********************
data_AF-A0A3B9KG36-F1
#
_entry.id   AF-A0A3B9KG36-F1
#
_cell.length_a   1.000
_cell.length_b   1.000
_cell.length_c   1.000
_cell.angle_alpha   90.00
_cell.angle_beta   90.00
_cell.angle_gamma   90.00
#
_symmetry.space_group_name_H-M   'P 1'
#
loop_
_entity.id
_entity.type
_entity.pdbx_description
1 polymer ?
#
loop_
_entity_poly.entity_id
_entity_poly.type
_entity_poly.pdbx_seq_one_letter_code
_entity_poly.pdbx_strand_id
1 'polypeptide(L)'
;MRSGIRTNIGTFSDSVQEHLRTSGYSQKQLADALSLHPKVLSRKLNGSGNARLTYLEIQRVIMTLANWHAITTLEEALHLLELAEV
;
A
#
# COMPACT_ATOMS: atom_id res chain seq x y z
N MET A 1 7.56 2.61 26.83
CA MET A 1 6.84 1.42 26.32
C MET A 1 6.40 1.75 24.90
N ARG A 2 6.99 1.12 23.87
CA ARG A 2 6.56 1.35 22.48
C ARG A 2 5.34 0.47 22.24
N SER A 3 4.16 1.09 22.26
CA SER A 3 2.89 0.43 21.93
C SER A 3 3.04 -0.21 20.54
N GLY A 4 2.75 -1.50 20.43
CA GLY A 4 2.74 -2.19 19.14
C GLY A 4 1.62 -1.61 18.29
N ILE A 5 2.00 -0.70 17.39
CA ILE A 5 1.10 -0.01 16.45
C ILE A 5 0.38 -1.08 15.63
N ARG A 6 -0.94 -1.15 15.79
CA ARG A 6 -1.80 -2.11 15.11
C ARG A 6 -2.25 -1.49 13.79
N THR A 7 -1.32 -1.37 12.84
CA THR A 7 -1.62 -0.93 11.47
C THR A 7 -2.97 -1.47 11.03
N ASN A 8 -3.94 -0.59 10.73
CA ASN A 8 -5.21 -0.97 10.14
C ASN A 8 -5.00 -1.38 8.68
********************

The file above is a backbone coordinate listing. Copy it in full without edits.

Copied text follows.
data_AF-A0A3B9KG36-F1
#
_entry.id   AF-A0A3B9KG36-F1
#
_cell.length_a   1.000
_cell.length_b   1.000
_cell.length_c   1.000
_cell.angle_alpha   90.00
_cell.angle_beta   90.00
_cell.angle_gamma   90.00
#
_symmetry.space_group_name_H-M   'P 1'
#
loop_
_entity.id
_entity.type
_entity.pdbx_description
1 polymer ?
#
loop_
_entity_poly.entity_id
_entity_poly.type
_entity_poly.pdbx_seq_one_letter_code
_entity_poly.pdbx_strand_id
1 'polypeptide(L)'
;MRSGIRTNIGTFSDSVQEHLRTSGYSQKQLADALSLHPKVLSRKLNGSGNARLTYLEIQRVIMTLANWHAITTLEEALHLLELAEV
;
A
#
# COMPACT_ATOMS: atom_id res chain seq x y z
N MET A 1 7.56 2.61 26.83
CA MET A 1 6.84 1.42 26.32
C MET A 1 6.40 1.75 24.90
N ARG A 2 6.99 1.12 23.87
CA ARG A 2 6.56 1.35 22.48
C ARG A 2 5.34 0.47 22.24
N SER A 3 4.16 1.09 22.26
CA SER A 3 2.89 0.43 21.93
C SER A 3 3.04 -0.21 20.54
N GLY A 4 2.75 -1.50 20.43
CA GLY A 4 2.74 -2.19 19.14
C GLY A 4 1.62 -1.61 18.29
N ILE A 5 2.00 -0.70 17.39
CA ILE A 5 1.10 -0.01 16.45
C ILE A 5 0.38 -1.08 15.63
N ARG A 6 -0.94 -1.15 15.79
CA ARG A 6 -1.80 -2.11 15.11
C ARG A 6 -2.25 -1.49 13.79
N THR A 7 -1.32 -1.37 12.84
CA THR A 7 -1.62 -0.93 11.47
C THR A 7 -2.97 -1.47 11.03
N ASN A 8 -3.94 -0.59 10.73
CA ASN A 8 -5.21 -0.97 10.14
C ASN A 8 -5.00 -1.38 8.68